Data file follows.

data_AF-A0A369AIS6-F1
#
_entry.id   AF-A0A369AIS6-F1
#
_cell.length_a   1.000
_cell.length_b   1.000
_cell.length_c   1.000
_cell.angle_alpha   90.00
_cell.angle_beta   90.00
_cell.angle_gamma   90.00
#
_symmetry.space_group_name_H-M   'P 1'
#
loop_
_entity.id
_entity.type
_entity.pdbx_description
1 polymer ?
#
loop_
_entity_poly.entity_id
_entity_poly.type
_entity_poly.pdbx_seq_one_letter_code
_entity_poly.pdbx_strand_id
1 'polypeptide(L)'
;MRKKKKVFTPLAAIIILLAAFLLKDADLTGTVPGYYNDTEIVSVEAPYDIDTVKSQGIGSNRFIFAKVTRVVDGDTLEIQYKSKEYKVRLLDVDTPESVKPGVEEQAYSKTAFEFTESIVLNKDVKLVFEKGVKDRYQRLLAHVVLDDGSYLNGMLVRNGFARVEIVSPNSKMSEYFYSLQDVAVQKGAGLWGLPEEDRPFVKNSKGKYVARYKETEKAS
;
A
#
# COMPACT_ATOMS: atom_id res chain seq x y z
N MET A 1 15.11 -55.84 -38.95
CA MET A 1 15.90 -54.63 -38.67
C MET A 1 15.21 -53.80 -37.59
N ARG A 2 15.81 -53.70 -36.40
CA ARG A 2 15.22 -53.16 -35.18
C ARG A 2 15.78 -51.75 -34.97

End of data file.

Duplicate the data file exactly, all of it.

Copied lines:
data_AF-A0A369AIS6-F1
#
_entry.id   AF-A0A369AIS6-F1
#
_cell.length_a   1.000
_cell.length_b   1.000
_cell.length_c   1.000
_cell.angle_alpha   90.00
_cell.angle_beta   90.00
_cell.angle_gamma   90.00
#
_symmetry.space_group_name_H-M   'P 1'
#
loop_
_entity.id
_entity.type
_entity.pdbx_description
1 polymer ?
#
loop_
_entity_poly.entity_id
_entity_poly.type
_entity_poly.pdbx_seq_one_letter_code
_entity_poly.pdbx_strand_id
1 'polypeptide(L)'
;MRKKKKVFTPLAAIIILLAAFLLKDADLTGTVPGYYNDTEIVSVEAPYDIDTVKSQGIGSNRFIFAKVTRVVDGDTLEIQYKSKEYKVRLLDVDTPESVKPGVEEQAYSKTAFEFTESIVLNKDVKLVFEKGVKDRYQRLLAHVVLDDGSYLNGMLVRNGFARVEIVSPNSKMSEYFYSLQDVAVQKGAGLWGLPEEDRPFVKNSKGKYVARYKETEKAS
;
A
#
# COMPACT_ATOMS: atom_id res chain seq x y z
N MET A 1 15.11 -55.84 -38.95
CA MET A 1 15.90 -54.63 -38.67
C MET A 1 15.21 -53.80 -37.59
N ARG A 2 15.81 -53.70 -36.40
CA ARG A 2 15.22 -53.16 -35.18
C ARG A 2 15.78 -51.75 -34.97